Are Drone Light Shows Replacing Fireworks Displays?

As the country gears up for Independence Day, more and more cities are ditching fireworks for drones.

drone light show fireworks

Patriotic drones dominate the skies in Blue Ash, Ohio, at a 2021 July 4 celebration. [Credit: Verge Aero]

That bombastic neighborhood Fourth of July fireworks display you saw last year may have been your last. Increasingly, cities and towns across the U.S. are ditching pyrotechnics in favor of a colorful alternative. 

The first drone light show took place in 2012 in the skies of Linz, Austria, dazzling the crowd with what was, at the time, something out of science fiction. Since then, they’ve popped up just about everywhere, from America's Got Talent to the Super Bowl.

And now, they’re becoming a substitute for fireworks as companies such as Verge Aero and SkyMagic begin to grow.

Across the U.S.—but particularly in Western states like Colorado, California, Iowa, and New Mexico—many local fireworks displays are being canned in favor of drones, a trend that began in earnest last year. So, why are so many towns making the switch? And what’s stopping the rest from following suit?

Drones Are Safer, Greener, and Quieter—and Cooler

There’s a reason drone light shows are becoming especially popular in the West. By now, if you live on the U.S. East or West Coasts, you’ve probably been accosted by wildfire smoke. The blazes are increasing in frequency and intensity as climate change worsens. And fireworks, if you couldn’t imply from their name, cause fires—more than you might think.

According to the National Fire Protection Association, debris from colorful explosions causes thousands of fires every year. And as wildfires become more severe, more states, particularly in the West, have implemented fire restrictions.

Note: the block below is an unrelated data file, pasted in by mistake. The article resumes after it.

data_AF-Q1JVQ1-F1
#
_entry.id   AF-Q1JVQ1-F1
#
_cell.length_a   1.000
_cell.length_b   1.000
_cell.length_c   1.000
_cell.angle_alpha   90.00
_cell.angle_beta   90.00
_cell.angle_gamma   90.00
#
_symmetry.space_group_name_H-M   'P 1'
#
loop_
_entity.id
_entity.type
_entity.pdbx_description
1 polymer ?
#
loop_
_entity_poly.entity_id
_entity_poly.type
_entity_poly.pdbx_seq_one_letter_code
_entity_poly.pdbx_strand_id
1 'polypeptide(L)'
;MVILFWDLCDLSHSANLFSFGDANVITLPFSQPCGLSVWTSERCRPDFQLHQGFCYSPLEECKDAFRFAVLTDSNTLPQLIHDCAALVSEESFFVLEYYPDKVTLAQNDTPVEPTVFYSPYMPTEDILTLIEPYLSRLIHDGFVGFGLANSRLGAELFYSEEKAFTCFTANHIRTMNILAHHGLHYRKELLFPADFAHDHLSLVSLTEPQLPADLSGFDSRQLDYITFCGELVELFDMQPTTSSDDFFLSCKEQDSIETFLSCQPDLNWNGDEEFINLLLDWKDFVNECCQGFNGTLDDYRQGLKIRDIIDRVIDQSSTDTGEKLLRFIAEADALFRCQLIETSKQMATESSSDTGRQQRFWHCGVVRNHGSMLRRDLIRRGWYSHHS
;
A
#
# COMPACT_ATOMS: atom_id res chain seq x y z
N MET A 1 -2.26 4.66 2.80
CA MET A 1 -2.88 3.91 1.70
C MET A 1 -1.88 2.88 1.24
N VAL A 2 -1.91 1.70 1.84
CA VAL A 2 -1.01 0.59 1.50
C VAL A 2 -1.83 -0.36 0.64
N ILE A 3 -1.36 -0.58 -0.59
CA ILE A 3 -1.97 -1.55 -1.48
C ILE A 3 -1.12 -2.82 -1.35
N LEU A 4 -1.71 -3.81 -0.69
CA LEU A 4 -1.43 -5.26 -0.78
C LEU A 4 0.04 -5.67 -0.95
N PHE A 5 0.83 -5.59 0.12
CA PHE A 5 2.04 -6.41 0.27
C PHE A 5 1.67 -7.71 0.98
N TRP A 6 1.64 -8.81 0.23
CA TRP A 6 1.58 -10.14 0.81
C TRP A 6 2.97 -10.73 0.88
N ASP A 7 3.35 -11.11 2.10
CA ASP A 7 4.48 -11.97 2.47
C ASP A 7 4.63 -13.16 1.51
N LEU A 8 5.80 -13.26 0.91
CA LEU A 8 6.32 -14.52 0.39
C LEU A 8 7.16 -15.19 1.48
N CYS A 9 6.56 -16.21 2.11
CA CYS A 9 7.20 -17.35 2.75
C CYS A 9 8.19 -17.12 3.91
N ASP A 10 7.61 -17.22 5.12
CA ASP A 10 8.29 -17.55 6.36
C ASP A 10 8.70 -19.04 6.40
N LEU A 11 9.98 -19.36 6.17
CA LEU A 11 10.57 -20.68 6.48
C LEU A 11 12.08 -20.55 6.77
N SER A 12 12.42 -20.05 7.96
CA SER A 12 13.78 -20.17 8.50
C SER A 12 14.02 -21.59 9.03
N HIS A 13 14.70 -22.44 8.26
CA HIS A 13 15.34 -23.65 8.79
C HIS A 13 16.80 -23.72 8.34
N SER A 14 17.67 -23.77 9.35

That’s what triggered a handful of California towns to ditch fireworks for drones last year. Sydney, Australia, known for its grandiose fireworks display, is considering doing the same due to the risk of bushfires. And fire danger is now top of mind for many U.S. cities as July 4 nears.

In addition to reducing the risk of fires, drone light shows present a safer alternative for the folks behind the curtain. Fireworks injured more than 10,000 people last year because they can accidentally erupt while on the ground. Drones can’t. And since light shows are required to keep the ground below the show clear, there’s no risk of a drone falling from the sky into the crowd.

Drones are also less intrusive, creating only a light buzzing noise. Fireworks, on the other hand, can rupture your eardrum if you’re standing close enough. That’s a dealbreaker for some families with animals, small children, or other people who are sensitive to noise.

But perhaps the biggest reason for the switch to drones is that they’re thought to be greener. Besides starting fires, firework smoke leaves behind a trail of harmful chemicals and is considered a pollutant. In fact, China and India have restricted the use of fireworks for exactly that reason.

Drones are also a reusable option, capable of flying potentially hundreds of shows before they even require maintenance. That’s a huge benefit to the environment—and to the companies paying to put on these performances.